Editor’s Note: This weekly column by Triangle veteran entrepreneur and investor Donald Thompson delivers real-time, easily digestible leadership actions you can take to build a better workplace, become a highly productive, future-ready leader and improve your leadership impact today. Stay tuned to WRAL Techwire each Wednesday for the next edition, as lessons build atop each other. Most recently, we talked about how to be transparent with your team.
All businesses rely on teamwork. In fact, I’ll go so far as to say that you cannot have a thriving, sustainable business without great teams. Sure, you can have a hugely successful organization for a short time just by relying on high-performing individual contributors, but that business is like a ticking time bomb. It’s bound to explode.
One of the persistent challenges for executives then is to create an environment where better teamwork is organic. That’s one of the things I’ve been thinking about lately, since working on a co-authored piece about cross-functional teams and collaboration with two of my colleagues, Shelley Willingham and Bob Batchelor. “The Power of Teamwork: Why Diverse Teams Drive Stronger Growth” presents the functional mechanics of diversity and inclusion as a holistic business strategy for executives who want to improve efficiency, reduce risk and make better, faster decisions. Here, I’d like to share with you a few more tips for creating a culture where teamwork comes naturally.
One of the first lessons about creating better teamwork is very, very simple.
Ask yourself, “Are we all going after the same thing?” In any given C-suite, you’re likely to find a CMO, CHRO, CFO and more. We break the organization down into these functions, but we typically don’t integrate them back together to see the one thing we’re all trying to accomplish as a team.
Understanding that unified, single goal for all team members allows our actions to be more naturally coordinated, simply because we share the same vision. The same idea holds true for individual departments and ad hoc teams that might be working on short-term projects.
The second thing is – and this is equally as important as the first lesson – don’t arbitrate things your team needs to work out among themselves. As business leaders, we like to see a healthy tension that works well within our teams. There is a big difference between solving something quickly and encouraging a mindset of teamwork, so people can work together better in the future. Of course, you can be the facilitator. You can be the one who creates unity among the different functions and helps set and clarify important goals.
But the simple fact is this: when I have stood back and allowed people to work out differences together, the tension in those moments forces people to learn and understand, through first-hand experience, that the things that separate us are not as important as that singular goal and function we’re trying to achieve together.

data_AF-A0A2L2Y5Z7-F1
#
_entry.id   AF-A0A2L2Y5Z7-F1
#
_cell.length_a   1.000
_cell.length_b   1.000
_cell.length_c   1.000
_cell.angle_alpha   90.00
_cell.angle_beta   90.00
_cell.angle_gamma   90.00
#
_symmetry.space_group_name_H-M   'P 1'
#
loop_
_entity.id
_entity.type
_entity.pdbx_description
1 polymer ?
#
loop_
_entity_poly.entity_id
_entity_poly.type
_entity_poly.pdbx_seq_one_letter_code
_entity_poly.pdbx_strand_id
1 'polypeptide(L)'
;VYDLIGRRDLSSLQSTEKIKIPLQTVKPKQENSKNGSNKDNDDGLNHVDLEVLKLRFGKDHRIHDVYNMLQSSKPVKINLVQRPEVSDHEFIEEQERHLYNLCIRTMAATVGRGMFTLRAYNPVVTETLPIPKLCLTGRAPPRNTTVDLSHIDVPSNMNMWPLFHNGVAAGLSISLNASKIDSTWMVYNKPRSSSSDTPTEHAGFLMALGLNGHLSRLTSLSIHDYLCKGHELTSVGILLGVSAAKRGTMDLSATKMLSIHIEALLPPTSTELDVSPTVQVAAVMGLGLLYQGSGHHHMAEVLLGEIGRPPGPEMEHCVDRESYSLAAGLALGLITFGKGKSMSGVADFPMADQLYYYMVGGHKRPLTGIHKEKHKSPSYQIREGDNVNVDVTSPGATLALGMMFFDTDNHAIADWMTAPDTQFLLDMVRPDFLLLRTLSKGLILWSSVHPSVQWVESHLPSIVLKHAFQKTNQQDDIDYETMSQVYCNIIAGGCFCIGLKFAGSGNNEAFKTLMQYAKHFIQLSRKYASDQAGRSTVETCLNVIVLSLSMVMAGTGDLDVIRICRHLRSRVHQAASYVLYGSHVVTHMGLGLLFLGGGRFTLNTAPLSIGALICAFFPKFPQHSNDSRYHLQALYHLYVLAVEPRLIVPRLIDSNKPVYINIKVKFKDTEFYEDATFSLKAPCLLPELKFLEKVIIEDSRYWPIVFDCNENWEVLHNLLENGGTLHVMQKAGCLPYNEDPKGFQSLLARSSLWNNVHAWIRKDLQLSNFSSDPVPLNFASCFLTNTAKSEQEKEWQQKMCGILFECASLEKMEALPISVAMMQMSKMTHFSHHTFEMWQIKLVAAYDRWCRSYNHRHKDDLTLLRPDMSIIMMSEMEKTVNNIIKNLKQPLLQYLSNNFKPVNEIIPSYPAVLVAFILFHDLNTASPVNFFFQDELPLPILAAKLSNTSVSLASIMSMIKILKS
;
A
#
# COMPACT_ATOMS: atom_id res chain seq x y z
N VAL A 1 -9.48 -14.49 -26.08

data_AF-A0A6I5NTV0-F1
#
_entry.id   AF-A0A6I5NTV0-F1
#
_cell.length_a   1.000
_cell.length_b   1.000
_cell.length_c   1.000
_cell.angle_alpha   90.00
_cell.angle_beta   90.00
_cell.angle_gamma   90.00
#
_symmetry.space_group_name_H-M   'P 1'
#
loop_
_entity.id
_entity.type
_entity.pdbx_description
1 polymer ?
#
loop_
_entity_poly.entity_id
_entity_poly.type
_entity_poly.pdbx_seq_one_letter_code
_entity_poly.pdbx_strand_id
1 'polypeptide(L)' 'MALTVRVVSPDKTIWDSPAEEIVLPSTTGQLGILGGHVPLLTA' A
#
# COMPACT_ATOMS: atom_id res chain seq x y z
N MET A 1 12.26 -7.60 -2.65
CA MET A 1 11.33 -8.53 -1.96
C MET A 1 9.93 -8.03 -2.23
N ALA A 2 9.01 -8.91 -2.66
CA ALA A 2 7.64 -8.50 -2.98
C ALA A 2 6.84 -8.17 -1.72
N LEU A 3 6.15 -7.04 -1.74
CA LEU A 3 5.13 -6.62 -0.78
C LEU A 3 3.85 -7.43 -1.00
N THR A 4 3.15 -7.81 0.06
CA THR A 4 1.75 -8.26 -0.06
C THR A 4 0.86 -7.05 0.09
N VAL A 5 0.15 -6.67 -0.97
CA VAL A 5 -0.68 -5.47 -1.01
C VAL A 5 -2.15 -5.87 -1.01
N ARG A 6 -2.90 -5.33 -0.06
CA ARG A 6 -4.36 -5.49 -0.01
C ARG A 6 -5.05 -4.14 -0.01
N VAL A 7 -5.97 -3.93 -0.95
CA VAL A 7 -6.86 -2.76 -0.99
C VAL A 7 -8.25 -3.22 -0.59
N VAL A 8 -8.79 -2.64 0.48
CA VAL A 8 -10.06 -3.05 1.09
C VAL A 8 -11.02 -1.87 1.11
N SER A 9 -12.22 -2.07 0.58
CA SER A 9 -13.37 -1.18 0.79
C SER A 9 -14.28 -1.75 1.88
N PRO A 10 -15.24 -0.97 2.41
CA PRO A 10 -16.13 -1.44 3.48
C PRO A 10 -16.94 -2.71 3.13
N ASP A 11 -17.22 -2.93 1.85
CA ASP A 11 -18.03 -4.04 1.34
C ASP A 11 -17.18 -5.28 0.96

As leaders, we typically like to fix things and solve things, versus creating an environment where people can solve things on their own. When we do that, we stop teamwork in its tracks.
One final thought on better teamwork in the current social environment. There are a lot of things that divide us right now.
I get it.
But what I found is, far too often, we just haven’t slowed down to spend time together as individuals, because there’s so much pressure on getting a thing done. We feel so much pressure to produce and deliver that it can be easy to lose sight of what business is for. The point of any business is to create a better life for people – people inside that organization and outside of it, in big ways and in small ways, over time.
The highest performing, most productive teams I’ve led and been a part of are those where people know one another and cheer for one another.
When we pause to consider the challenges that every person is facing right now in their jobs and personal lives, the busyness and chaos of the current environment just means we have to slow down a little bit and get to know each other.
We have to rebuild some relationships so we can move forward together. In the end, that moment of pause and connection will help us all build better teams and, ultimately, achieve more growth in business.
About the Author
Donald Thompson is co-founder and CEO of The Diversity Movement which offers an employee-experience product suite that personalizes diversity, equity and inclusion (DEI) through data, technology, and expert-curated content.
With two decades of experience growing and leading firms, Donald is a thought leader on goal achievement, influencing company culture and driving exponential growth. An entrepreneur, public speaker, author, podcaster, Certified Diversity Executive (CDE) and executive coach, Donald also serves as a board member for several organizations in marketing, healthcare, banking, technology and sports.